Last month, Western Australia passed landmark reforms removing barriers to accessing abortion, bringing it into line with other states in Australia. While there are still practical barriers to access, particularly for marginalised groups, every state and territory in Australia has now decriminalised abortion, and the National Women’s Health Strategy lays out a framework for universal access by 2030.
Globally, the picture is very different. Half of all pregnancies worldwide are unintended. In Asia and the Pacific there are 140 million women with an unmet need for family planning. 13% of maternal deaths worldwide result from unsafe abortions.
The response to this crisis must be multifaceted, including greater access to contraception, comprehensive sexuality education, and increased gender equality in every respect. If all people in low-to-middle-income countries had access to modern contraceptives and health care, unintended pregnancies would drop by 68%, and unsafe abortions would drop by 72%.
But the proportion of pregnancies which are unplanned and unwanted will never be zero. Safe abortion access must be part of the picture.
Australia has an important role to play in promoting access to abortion and ensuring all sexual and reproductive health and rights (SRHR) can be fulfilled. The Department of Foreign Affairs and Trade has made important regional investments in SRHR programs, such as the Indo-Pacific Sexual and Reproductive Health and Rights COVID-19 Response investment, or C-Surge, which secured ongoing access to SRHR services in 22 countries throughout the pandemic.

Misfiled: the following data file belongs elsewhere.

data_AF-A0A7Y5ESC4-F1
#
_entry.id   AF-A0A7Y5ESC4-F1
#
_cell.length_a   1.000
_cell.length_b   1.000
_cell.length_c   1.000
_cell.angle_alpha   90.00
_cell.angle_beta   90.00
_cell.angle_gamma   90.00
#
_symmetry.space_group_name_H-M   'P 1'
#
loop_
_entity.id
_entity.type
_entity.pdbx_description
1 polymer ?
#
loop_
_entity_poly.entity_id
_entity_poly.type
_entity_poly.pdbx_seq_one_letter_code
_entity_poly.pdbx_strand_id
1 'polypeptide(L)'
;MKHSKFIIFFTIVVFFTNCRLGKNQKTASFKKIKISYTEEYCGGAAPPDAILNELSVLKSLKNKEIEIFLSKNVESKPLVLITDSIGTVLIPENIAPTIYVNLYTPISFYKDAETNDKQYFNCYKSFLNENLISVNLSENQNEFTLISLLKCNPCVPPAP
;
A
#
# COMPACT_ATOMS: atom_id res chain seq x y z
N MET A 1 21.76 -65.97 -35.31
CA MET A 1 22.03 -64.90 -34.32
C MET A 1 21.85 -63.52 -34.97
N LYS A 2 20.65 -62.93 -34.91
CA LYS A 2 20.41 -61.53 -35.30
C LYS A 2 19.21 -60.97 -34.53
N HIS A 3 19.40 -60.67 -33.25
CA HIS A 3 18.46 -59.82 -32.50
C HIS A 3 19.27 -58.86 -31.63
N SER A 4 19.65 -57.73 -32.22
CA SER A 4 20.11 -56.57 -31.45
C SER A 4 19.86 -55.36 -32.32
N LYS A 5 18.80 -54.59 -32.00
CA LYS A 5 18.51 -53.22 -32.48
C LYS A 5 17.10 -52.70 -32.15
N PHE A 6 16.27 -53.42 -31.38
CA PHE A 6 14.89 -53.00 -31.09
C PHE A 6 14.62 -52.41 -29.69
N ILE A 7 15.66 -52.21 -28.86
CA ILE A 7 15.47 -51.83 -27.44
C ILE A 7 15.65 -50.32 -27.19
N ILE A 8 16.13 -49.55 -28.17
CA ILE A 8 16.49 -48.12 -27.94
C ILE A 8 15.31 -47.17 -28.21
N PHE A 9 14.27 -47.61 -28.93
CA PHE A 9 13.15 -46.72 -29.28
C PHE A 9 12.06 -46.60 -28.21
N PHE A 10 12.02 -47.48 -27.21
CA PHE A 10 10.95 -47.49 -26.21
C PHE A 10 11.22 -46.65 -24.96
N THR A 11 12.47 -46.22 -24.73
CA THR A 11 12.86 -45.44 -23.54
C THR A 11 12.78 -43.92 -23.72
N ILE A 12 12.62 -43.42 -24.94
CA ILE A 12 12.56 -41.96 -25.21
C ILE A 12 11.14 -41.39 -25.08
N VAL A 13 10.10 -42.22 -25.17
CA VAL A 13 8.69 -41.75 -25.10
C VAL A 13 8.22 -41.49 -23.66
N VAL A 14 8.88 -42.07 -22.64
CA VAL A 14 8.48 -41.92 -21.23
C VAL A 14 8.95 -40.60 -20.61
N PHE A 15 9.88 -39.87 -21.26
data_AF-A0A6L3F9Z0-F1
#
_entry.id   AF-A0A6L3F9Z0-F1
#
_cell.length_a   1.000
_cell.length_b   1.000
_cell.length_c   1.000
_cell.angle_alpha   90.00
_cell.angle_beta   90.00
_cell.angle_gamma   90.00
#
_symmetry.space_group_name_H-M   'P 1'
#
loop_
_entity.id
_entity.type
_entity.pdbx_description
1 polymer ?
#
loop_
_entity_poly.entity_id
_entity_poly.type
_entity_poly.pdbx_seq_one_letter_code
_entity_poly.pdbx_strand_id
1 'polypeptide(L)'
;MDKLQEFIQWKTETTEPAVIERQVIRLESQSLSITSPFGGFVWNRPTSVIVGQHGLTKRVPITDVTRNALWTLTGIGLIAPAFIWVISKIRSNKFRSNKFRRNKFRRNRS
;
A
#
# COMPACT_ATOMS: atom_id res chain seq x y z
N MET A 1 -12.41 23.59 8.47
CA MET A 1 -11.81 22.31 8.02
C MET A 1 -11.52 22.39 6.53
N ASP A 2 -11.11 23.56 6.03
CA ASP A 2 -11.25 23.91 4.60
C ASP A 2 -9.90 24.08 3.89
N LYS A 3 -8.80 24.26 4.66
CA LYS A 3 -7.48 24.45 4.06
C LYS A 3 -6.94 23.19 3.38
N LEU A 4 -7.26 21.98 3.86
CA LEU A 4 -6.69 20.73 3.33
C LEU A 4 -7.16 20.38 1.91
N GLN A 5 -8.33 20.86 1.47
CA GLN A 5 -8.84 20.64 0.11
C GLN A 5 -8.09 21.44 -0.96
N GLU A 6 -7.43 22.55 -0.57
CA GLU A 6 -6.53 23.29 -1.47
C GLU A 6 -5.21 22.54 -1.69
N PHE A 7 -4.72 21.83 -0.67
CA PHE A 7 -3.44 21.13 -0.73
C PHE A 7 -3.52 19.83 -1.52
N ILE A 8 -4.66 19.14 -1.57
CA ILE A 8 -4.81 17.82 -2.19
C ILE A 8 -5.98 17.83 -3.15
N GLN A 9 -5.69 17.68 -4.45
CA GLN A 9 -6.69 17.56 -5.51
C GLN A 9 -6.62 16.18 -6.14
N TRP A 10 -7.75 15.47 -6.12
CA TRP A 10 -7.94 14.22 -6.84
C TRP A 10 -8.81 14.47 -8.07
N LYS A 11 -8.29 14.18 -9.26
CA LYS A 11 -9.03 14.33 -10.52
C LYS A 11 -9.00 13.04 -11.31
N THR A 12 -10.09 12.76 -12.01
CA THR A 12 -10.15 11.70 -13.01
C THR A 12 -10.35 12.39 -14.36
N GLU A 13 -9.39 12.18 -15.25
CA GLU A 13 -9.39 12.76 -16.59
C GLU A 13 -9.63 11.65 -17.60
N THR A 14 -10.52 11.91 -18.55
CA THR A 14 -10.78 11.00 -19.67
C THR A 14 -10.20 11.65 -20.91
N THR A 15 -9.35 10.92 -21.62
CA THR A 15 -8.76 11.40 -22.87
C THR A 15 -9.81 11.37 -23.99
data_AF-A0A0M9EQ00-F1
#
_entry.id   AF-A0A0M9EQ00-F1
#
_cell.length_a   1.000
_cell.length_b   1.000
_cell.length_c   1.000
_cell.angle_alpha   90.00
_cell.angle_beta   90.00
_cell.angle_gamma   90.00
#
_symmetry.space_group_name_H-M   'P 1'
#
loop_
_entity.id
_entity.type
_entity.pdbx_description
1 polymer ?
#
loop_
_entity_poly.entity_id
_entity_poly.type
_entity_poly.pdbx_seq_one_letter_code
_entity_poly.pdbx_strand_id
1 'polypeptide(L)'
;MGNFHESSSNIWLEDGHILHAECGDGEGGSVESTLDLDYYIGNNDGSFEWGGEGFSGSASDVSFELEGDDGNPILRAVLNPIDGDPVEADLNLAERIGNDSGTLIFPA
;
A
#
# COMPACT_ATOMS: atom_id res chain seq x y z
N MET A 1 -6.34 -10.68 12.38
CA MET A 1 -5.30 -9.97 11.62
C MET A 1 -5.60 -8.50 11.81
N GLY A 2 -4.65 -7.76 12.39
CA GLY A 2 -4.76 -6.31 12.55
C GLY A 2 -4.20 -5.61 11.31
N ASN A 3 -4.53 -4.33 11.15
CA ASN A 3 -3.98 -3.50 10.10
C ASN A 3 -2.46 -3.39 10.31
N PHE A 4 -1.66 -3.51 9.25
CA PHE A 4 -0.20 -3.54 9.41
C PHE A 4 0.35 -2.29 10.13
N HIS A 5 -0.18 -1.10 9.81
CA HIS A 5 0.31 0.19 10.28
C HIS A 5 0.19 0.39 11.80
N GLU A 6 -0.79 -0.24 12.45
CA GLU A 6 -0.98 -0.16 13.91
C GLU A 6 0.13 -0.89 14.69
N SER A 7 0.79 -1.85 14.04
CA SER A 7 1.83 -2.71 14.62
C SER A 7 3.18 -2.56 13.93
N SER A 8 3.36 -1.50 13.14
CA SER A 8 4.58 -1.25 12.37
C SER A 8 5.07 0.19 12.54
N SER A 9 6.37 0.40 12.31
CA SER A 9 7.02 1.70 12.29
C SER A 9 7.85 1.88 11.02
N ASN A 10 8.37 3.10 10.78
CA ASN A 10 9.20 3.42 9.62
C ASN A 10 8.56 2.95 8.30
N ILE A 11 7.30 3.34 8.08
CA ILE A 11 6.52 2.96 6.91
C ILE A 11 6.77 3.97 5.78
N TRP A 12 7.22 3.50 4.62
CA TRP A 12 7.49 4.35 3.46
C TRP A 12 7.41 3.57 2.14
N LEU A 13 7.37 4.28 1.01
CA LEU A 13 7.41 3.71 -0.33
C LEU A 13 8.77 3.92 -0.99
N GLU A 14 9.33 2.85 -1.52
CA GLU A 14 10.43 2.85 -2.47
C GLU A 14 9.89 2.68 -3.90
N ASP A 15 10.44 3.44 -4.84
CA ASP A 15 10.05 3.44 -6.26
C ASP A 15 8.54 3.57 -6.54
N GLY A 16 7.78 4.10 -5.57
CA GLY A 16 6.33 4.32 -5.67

Australia has also been a reliable champion of sexual and reproductive health and rights in multilateral agreements. This is particularly critical in a context where anti-rights movements are aggressively intensifying their efforts to undermine human rights and bodily autonomy. These movements have deep links to authoritarian and nationalistic governments in different parts of the world that seek to enforce rigid gender norms and control women and gender diverse people as a means of solidifying power.
As the overturning of Roe v Wade in the United States shows, complacency is not an option. Anywhere. The US is already seeing an increase in maternal mortality since the decision, disproportionately affecting historically marginalised groups. Even when Roe v Wade was in place, the Helms Amendment meant that the US government could not fund abortion care internationally. These restrictions tighten further under each conservative administration, as the Global Gag Rule gets signed into effect, meaning that organisations receiving US funds cannot provide abortion services, information or referrals, or advocate on the issue, even with their own non-US government funds.
As DFAT drafts its next international gender strategy, abortion must be named as a priority amongst sexual and reproductive health and rights, and as part of a broader feminist approach to achieving gender equality. Words matter. Normalising the concept of abortion is a critical part of reducing stigma and enabling access. It is also critical to drive funding at the bilateral level, ensure Australian consular posts are equipped to discuss abortion as an essential aspect of gender equality, and guide DFAT officers in their advocacy for its inclusion in multilateral agreements.
When abortion is legal, available and affordable for women and gender diverse people, and contraception is accessible to all, evidence shows that communities have more opportunities to flourish. This means greater access to education, particularly for adolescent girls. It means women and gender diverse people are better able to escape unhealthy or violent relationships. And it means everyone can benefit from greater gender equality.
At a time when anti-rights movements are increasingly well organised and resourced, signalling Australia’s unwavering support has never been more important.